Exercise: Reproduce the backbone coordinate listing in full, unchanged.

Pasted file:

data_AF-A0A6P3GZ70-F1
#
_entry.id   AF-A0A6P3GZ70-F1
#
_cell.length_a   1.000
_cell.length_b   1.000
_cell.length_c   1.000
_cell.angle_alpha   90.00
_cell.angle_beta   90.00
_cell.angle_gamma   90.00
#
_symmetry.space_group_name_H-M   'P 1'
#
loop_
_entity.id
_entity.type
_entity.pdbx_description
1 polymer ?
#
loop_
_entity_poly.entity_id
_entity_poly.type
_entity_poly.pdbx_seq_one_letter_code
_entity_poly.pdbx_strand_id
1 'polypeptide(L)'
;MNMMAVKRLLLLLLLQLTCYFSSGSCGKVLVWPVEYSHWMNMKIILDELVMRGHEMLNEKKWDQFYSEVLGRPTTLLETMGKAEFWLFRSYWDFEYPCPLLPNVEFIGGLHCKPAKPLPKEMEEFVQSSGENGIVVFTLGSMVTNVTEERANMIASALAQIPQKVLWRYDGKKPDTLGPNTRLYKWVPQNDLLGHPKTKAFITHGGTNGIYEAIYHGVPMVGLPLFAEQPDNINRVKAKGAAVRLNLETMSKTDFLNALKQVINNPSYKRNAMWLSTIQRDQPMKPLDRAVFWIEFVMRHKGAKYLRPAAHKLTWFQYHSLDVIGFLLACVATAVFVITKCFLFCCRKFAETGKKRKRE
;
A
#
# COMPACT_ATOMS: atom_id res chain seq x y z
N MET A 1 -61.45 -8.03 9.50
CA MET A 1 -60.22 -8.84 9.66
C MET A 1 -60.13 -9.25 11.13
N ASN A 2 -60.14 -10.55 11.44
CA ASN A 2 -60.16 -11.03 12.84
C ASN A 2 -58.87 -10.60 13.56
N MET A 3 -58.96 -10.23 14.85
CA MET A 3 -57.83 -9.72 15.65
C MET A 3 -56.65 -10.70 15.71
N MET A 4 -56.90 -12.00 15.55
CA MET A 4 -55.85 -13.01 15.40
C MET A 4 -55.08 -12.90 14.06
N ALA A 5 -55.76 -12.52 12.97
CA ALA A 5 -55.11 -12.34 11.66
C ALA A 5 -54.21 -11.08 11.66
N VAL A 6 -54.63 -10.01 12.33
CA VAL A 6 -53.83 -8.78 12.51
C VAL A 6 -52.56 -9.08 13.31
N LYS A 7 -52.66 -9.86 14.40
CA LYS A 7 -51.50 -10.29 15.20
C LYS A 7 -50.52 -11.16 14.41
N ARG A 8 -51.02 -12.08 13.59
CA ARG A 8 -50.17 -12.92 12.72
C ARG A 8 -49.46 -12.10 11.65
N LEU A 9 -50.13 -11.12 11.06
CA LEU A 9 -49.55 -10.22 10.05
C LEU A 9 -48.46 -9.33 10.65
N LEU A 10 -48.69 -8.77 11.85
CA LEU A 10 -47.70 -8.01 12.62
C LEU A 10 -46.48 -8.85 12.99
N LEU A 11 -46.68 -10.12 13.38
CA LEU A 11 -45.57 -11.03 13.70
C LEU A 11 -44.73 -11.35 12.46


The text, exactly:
data_AF-A0A6P3GZ70-F1
#
_entry.id   AF-A0A6P3GZ70-F1
#
_cell.length_a   1.000
_cell.length_b   1.000
_cell.length_c   1.000
_cell.angle_alpha   90.00
_cell.angle_beta   90.00
_cell.angle_gamma   90.00
#
_symmetry.space_group_name_H-M   'P 1'
#
loop_
_entity.id
_entity.type
_entity.pdbx_description
1 polymer ?
#
loop_
_entity_poly.entity_id
_entity_poly.type
_entity_poly.pdbx_seq_one_letter_code
_entity_poly.pdbx_strand_id
1 'polypeptide(L)'
;MNMMAVKRLLLLLLLQLTCYFSSGSCGKVLVWPVEYSHWMNMKIILDELVMRGHEMLNEKKWDQFYSEVLGRPTTLLETMGKAEFWLFRSYWDFEYPCPLLPNVEFIGGLHCKPAKPLPKEMEEFVQSSGENGIVVFTLGSMVTNVTEERANMIASALAQIPQKVLWRYDGKKPDTLGPNTRLYKWVPQNDLLGHPKTKAFITHGGTNGIYEAIYHGVPMVGLPLFAEQPDNINRVKAKGAAVRLNLETMSKTDFLNALKQVINNPSYKRNAMWLSTIQRDQPMKPLDRAVFWIEFVMRHKGAKYLRPAAHKLTWFQYHSLDVIGFLLACVATAVFVITKCFLFCCRKFAETGKKRKRE
;
A
#
# COMPACT_ATOMS: atom_id res chain seq x y z
N MET A 1 -61.45 -8.03 9.50
CA MET A 1 -60.22 -8.84 9.66
C MET A 1 -60.13 -9.25 11.13
N ASN A 2 -60.14 -10.55 11.44
CA ASN A 2 -60.16 -11.03 12.84
C ASN A 2 -58.87 -10.60 13.56
N MET A 3 -58.96 -10.23 14.85
CA MET A 3 -57.83 -9.72 15.65
C MET A 3 -56.65 -10.70 15.71
N MET A 4 -56.90 -12.00 15.55
CA MET A 4 -55.85 -13.01 15.40
C MET A 4 -55.08 -12.90 14.06
N ALA A 5 -55.76 -12.52 12.97
CA ALA A 5 -55.11 -12.34 11.66
C ALA A 5 -54.21 -11.08 11.66
N VAL A 6 -54.63 -10.01 12.33
CA VAL A 6 -53.83 -8.78 12.51
C VAL A 6 -52.56 -9.08 13.31
N LYS A 7 -52.66 -9.86 14.40
CA LYS A 7 -51.50 -10.29 15.20
C LYS A 7 -50.52 -11.16 14.41
N ARG A 8 -51.02 -12.08 13.59
CA ARG A 8 -50.17 -12.92 12.72
C ARG A 8 -49.46 -12.10 11.65
N LEU A 9 -50.13 -11.12 11.06
CA LEU A 9 -49.55 -10.22 10.05
C LEU A 9 -48.46 -9.33 10.65
N LEU A 10 -48.69 -8.77 11.85
CA LEU A 10 -47.70 -8.01 12.62
C LEU A 10 -46.48 -8.85 12.99
N LEU A 11 -46.68 -10.12 13.38
CA LEU A 11 -45.57 -11.03 13.70
C LEU A 11 -44.73 -11.35 12.46